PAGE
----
Regarding your confusion;
    Yes well; he owns a PS3 but when you buy it you are accepting certain rules that everyone in the world don’t know they exist, and actually there is a rule that you can do anything to your PS3 except when it comes to hacking (Killing someone with your PS3 is illegal by the way); problem is, I don’t think these rules comes with the packet when one is buying a PS3.

    Same happen with common accessories that are legal to buy, such as “A heavy piece of metal (silver is preferred), A long highly conductive wire, a Huge Capacitor, and a Huge battery”.. but is illegal to build an EMP bomb with it, or is legal to build it, but illegal to use it in certain zones? (I don’t know)

    Also happen with Weapons, as there exist illegal weapons, you can legally buy the parts of that “illegal weapon” and build your own Super Illegal Rifle.

    There are rules for everything, we just don’t read it.

    Have you ever read the commonly ultra highly annoying known “User License Agreement” or the one that says “Term of Service”..?

    Well there is actually one for the “Firmware” as well, that have the PS3, I don’t think the PS3 itself.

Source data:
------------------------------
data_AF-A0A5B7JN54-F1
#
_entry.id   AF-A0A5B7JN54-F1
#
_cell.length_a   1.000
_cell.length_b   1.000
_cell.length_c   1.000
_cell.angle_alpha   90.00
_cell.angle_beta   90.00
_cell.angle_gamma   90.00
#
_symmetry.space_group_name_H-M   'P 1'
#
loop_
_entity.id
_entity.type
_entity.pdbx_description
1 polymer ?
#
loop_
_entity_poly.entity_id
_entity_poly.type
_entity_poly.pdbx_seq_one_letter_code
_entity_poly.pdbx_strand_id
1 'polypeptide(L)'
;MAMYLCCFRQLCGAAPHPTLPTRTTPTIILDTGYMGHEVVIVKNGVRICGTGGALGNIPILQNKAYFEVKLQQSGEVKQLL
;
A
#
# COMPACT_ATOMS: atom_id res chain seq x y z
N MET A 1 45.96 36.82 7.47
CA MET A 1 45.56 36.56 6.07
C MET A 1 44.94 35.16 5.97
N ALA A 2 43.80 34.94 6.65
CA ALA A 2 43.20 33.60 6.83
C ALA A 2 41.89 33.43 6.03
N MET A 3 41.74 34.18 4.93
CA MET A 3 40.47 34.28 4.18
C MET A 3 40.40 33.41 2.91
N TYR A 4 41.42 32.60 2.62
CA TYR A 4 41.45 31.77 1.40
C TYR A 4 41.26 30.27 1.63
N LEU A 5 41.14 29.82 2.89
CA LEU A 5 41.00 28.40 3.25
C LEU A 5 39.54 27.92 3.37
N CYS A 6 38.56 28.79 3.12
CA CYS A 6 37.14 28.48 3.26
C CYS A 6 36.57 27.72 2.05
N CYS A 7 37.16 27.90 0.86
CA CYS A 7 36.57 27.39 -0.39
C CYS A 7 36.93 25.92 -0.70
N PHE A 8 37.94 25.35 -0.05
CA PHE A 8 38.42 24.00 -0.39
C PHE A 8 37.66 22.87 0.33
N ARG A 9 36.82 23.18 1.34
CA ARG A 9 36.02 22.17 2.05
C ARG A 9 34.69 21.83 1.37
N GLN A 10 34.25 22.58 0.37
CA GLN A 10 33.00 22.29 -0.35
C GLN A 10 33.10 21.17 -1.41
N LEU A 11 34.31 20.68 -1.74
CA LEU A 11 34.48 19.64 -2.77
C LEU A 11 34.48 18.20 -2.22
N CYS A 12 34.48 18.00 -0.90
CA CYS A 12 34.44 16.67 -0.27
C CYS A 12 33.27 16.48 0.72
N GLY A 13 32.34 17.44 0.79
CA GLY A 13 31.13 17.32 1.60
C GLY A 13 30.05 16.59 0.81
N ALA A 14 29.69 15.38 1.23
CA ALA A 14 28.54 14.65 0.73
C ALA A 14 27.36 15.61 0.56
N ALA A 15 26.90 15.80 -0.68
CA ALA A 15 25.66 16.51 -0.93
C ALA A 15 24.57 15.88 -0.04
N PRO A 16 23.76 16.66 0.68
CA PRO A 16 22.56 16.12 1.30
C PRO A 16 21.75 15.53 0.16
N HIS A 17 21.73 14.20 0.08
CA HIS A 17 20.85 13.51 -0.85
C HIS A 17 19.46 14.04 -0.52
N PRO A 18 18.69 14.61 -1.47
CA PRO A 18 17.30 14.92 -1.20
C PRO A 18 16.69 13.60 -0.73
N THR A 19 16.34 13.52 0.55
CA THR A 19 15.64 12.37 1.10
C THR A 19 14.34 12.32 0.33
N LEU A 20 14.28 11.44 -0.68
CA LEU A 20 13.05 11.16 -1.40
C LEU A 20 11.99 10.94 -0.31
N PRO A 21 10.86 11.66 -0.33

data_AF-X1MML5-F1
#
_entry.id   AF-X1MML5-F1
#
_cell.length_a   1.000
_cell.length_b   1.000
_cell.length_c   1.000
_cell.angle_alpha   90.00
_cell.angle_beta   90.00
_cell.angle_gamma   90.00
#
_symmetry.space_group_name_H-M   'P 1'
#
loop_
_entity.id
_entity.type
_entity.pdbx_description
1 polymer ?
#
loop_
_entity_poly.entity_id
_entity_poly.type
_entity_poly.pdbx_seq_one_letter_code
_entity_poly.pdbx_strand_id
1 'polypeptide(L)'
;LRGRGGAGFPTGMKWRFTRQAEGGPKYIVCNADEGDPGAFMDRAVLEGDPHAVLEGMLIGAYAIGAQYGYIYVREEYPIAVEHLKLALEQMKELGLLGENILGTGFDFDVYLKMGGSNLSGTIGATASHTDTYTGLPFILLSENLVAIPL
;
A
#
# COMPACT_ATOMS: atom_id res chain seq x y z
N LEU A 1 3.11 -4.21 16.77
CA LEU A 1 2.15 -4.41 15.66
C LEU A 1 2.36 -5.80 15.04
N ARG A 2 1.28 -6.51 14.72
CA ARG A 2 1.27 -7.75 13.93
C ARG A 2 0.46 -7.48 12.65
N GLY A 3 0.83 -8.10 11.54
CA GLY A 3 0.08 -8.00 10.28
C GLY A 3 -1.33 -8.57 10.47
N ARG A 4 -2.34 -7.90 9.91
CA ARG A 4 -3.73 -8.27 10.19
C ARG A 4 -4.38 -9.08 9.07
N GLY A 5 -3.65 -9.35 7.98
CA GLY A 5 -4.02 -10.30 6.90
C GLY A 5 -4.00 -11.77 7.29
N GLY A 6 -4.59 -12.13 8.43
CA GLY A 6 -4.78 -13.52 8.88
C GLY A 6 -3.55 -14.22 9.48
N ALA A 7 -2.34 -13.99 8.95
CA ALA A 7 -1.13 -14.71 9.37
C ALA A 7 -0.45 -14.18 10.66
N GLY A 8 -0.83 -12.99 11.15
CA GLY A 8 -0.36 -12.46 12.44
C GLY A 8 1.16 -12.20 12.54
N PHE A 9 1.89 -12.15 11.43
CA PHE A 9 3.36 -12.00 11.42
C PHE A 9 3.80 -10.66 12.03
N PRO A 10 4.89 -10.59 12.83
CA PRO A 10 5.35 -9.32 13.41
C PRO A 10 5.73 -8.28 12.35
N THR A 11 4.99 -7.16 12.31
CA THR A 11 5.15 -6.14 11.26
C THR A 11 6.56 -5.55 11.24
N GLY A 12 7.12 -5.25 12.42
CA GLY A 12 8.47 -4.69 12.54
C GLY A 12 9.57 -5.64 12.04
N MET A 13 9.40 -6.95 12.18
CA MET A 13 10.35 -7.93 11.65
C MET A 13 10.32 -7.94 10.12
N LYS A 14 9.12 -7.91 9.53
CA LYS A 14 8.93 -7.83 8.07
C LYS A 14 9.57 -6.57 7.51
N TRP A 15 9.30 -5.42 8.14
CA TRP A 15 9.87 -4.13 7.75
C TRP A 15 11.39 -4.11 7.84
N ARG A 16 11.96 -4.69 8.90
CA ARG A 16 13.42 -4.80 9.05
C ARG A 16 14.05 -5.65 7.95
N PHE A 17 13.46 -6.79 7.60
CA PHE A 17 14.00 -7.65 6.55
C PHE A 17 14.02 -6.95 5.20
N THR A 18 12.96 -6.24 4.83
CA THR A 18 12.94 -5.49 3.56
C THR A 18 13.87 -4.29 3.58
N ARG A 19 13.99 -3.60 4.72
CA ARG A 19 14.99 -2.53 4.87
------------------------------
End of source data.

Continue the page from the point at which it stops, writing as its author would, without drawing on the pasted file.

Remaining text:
but modifying the content of this Firmware “and” use it for illegal purposes.. I “think” it’s prohibited.

    I haven’t read it myself, but if you want to take your doubts out, you are welcome to read tons of pages.


  • Me

    Does the term EULA mean anything to you? Even your soul comes with a EULA. Ever read one? Maybe you should before your think you own something.

  • Danielle

    This is the most one-sided article i’ve ever read….i think george should kill himself…the ps3 is my beloved system.

    • http://www.webpronews.com/ Chris Richardson

      So you’re saying GeoHotz shouldn’t be able to do whatever he wants with an item he purchases? I guess you shouldn’t be able to modify your car after you buy it, either, right? Don’t tint those windows!!!! Or how about cutting holes in your jeans? Or changing the colors of your shoe laces? Because it’s all the same.